On the 22nd of April, IBJ Burundi held, in partnership with APRODH, a roundtable on the issue of the presumption of innocence. This roundtable gathered thirty stakeholders of the criminal justice system of Ngozi, a province in the North of the country, including the President of the Court of Appeal.
Above: Banner placed in a clearly visible spot of the city. Photo: Astère Muyango
Magistrates, prosecutors, lawyers, prison officials and police officers were invited to consider the implementation of the principle of the presumption of innocence in their daily work. After IBJ legal fellow Herman Ndayishimiye underlined how crucial the respect of this principle is, attendees were asked to recognize what the obstacles to its effective implementation are. Indeed, this principle is too often flouted. In a number of cases, there is, instead, a “presumption of guilt”. Lawyers explained that they are regularly expected to bear the burden of proof, instead of the prosecutor having to clearly establish the culpability of the defendant. One lawyer even said that he had to provide evidence that his client was a minor, which is undoubtedly one of the prosecutor’s responsibilities.
Above: IBJ Fellow Astère Muyango (left), the first counselor to the governor (middle) and a representative of APRODH (right), at the opening of the roundtable. Photo: Celesta Duivenvoorde
The relationship between magistrates and prosecutors was also addressed. The attendees all agreed that magistrates should make an effort to talk to defendants with the same consideration and respect as they do to prosecutors. It is useful to recall that one of the consequences of the principle of the presumption of innocence is that the defendant is entitled to a fair trial, where all parties involved are given the same rights and consideration.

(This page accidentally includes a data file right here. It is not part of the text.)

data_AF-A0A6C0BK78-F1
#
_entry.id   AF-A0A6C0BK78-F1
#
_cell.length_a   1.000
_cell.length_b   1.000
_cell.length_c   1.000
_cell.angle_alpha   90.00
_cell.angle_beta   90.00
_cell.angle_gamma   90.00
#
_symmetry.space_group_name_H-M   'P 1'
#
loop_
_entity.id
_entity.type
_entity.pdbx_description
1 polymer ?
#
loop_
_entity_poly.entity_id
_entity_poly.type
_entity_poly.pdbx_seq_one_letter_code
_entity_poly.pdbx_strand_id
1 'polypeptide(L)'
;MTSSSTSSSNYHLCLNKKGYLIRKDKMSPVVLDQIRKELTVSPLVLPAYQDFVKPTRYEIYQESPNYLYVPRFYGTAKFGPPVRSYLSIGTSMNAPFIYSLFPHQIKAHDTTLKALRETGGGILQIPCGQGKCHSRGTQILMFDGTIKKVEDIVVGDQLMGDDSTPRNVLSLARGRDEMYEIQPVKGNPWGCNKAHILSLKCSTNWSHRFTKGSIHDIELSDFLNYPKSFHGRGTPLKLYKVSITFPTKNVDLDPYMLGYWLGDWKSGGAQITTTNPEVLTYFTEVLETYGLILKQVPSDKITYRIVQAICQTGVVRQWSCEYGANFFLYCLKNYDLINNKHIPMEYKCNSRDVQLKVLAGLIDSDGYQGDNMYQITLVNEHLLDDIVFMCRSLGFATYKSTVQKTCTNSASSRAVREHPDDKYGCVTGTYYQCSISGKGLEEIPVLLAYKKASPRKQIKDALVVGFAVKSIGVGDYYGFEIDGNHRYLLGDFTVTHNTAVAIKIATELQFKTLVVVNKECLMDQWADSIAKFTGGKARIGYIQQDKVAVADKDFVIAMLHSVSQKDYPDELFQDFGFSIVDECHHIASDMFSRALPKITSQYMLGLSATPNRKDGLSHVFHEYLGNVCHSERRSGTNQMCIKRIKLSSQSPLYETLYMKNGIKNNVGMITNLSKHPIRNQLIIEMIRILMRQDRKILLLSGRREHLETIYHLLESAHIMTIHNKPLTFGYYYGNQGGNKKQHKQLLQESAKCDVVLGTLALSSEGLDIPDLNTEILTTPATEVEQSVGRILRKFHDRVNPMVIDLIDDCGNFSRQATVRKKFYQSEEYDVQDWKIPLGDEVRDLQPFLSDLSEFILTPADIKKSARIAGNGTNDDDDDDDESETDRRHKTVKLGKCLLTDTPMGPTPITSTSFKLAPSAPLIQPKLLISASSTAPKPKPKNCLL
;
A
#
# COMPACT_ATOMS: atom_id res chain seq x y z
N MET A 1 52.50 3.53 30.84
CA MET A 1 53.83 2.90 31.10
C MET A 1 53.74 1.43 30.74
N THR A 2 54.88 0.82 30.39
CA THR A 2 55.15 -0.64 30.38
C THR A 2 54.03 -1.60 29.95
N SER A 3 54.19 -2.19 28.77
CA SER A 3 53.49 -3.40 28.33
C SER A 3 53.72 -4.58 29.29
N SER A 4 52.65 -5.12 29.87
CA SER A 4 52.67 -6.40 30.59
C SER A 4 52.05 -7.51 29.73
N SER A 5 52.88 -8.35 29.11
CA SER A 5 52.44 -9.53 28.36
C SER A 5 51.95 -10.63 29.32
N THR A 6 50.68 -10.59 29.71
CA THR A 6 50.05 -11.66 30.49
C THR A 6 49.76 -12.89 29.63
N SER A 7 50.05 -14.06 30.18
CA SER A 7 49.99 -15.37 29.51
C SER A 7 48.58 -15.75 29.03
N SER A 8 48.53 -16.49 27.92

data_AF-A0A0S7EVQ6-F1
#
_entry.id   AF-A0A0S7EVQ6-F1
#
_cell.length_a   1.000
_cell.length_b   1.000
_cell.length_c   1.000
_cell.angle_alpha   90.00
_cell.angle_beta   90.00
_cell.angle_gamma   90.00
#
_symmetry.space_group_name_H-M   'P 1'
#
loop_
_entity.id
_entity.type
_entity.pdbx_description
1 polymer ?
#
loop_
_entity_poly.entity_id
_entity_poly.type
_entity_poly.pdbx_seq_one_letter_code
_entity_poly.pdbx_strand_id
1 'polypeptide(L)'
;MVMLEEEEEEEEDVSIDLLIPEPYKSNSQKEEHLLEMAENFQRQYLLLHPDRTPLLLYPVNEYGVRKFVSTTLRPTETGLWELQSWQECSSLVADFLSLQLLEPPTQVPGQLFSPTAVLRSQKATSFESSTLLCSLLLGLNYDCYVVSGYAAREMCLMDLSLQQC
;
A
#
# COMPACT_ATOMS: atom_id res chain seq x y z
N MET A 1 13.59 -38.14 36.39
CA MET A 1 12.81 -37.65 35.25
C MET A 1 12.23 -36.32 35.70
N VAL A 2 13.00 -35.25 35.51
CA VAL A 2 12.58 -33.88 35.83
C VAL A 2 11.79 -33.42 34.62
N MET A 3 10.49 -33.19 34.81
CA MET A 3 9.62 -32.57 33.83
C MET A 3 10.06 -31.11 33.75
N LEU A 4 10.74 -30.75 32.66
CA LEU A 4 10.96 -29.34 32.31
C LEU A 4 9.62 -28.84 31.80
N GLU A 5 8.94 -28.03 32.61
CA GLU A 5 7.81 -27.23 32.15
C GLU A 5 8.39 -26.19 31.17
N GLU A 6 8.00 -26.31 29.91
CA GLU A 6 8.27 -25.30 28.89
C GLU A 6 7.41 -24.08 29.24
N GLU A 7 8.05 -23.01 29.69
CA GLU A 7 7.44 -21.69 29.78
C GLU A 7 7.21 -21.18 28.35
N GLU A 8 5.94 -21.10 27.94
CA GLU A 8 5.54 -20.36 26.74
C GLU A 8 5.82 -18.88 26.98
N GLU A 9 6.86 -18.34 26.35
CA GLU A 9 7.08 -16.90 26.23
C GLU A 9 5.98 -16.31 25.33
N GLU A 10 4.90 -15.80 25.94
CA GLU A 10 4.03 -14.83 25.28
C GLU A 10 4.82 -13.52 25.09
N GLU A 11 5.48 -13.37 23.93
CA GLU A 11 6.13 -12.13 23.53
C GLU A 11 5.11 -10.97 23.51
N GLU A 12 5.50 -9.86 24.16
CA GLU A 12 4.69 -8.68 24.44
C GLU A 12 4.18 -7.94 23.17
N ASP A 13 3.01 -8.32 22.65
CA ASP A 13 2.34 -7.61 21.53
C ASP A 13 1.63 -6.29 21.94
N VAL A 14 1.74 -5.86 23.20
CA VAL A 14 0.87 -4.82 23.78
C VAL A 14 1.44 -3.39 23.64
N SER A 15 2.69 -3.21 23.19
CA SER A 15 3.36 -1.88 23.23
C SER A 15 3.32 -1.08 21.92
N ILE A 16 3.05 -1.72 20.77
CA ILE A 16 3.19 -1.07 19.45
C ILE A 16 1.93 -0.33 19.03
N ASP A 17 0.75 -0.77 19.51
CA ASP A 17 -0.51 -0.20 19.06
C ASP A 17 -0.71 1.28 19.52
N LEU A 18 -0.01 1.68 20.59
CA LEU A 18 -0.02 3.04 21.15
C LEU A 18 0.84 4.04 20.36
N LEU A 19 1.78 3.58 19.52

Above: Magistrates trying to find solutions on how to overcome the obstacles to respecting the principle of the presumption of innocence. Photo: Celesta Duivenvoorde.
A very remarkable debate then took place between the attendees: while the police officers regretted the right of the defendant to remain silent up to the trial, which, according to them, does not help the defendant, lawyers explained that this is a strategy of defense. Police officers admitted to being tempted to arrest people that do not cooperate with them. This assertion led lawyers to respond that the police should restrain from arresting suspects until the culpability of a suspect is clearly established and that only then a suspect could be arrested, while the evidence is being collected.
Above: members of the Ngozi criminal justice system gathered to improve their justice system. Photo: Caroline Arnaud
The event ended successfully. Following interesting discussions, IBJ fellow Astère Muyango asked the participants to take concrete commitments to improve the criminal justice system. Everyone agreed to make a real effort to make these changes happen and IBJ committed to provide the necessary platform for the concrete realization of these great promises.